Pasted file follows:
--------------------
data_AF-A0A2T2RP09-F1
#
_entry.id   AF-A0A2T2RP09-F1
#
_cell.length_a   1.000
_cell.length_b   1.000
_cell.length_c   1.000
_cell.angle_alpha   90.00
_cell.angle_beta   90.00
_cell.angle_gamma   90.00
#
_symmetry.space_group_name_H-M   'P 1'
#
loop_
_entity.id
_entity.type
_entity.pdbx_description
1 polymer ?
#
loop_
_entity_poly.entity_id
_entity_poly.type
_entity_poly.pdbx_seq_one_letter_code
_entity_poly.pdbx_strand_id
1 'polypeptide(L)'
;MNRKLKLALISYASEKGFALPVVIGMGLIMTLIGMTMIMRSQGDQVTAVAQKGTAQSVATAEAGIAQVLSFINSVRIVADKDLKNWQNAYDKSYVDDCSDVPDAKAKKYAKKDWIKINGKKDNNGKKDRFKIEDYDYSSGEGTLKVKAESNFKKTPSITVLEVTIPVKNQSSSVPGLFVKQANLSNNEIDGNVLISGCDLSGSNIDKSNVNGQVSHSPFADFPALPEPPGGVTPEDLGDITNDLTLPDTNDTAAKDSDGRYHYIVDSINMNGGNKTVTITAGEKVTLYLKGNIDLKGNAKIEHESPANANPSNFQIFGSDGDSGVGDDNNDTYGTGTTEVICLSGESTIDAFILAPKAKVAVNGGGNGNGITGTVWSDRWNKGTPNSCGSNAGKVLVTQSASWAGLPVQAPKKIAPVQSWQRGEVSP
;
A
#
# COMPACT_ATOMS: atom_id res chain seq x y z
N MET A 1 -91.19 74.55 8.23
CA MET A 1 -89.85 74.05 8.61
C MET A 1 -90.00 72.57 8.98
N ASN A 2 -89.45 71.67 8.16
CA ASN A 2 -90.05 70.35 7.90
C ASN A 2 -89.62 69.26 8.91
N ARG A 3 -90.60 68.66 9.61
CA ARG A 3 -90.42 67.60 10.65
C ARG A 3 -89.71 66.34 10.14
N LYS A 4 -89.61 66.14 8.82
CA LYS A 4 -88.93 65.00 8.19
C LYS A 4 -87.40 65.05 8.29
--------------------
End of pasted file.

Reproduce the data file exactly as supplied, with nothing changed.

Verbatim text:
data_AF-A0A2T2RP09-F1
#
_entry.id   AF-A0A2T2RP09-F1
#
_cell.length_a   1.000
_cell.length_b   1.000
_cell.length_c   1.000
_cell.angle_alpha   90.00
_cell.angle_beta   90.00
_cell.angle_gamma   90.00
#
_symmetry.space_group_name_H-M   'P 1'
#
loop_
_entity.id
_entity.type
_entity.pdbx_description
1 polymer ?
#
loop_
_entity_poly.entity_id
_entity_poly.type
_entity_poly.pdbx_seq_one_letter_code
_entity_poly.pdbx_strand_id
1 'polypeptide(L)'
;MNRKLKLALISYASEKGFALPVVIGMGLIMTLIGMTMIMRSQGDQVTAVAQKGTAQSVATAEAGIAQVLSFINSVRIVADKDLKNWQNAYDKSYVDDCSDVPDAKAKKYAKKDWIKINGKKDNNGKKDRFKIEDYDYSSGEGTLKVKAESNFKKTPSITVLEVTIPVKNQSSSVPGLFVKQANLSNNEIDGNVLISGCDLSGSNIDKSNVNGQVSHSPFADFPALPEPPGGVTPEDLGDITNDLTLPDTNDTAAKDSDGRYHYIVDSINMNGGNKTVTITAGEKVTLYLKGNIDLKGNAKIEHESPANANPSNFQIFGSDGDSGVGDDNNDTYGTGTTEVICLSGESTIDAFILAPKAKVAVNGGGNGNGITGTVWSDRWNKGTPNSCGSNAGKVLVTQSASWAGLPVQAPKKIAPVQSWQRGEVSP
;
A
#
# COMPACT_ATOMS: atom_id res chain seq x y z
N MET A 1 -91.19 74.55 8.23
CA MET A 1 -89.85 74.05 8.61
C MET A 1 -90.00 72.57 8.98
N ASN A 2 -89.45 71.67 8.16
CA ASN A 2 -90.05 70.35 7.90
C ASN A 2 -89.62 69.26 8.91
N ARG A 3 -90.60 68.66 9.61
CA ARG A 3 -90.42 67.60 10.65
C ARG A 3 -89.71 66.34 10.14
N LYS A 4 -89.61 66.14 8.82
CA LYS A 4 -88.93 65.00 8.19
C LYS A 4 -87.40 65.05 8.29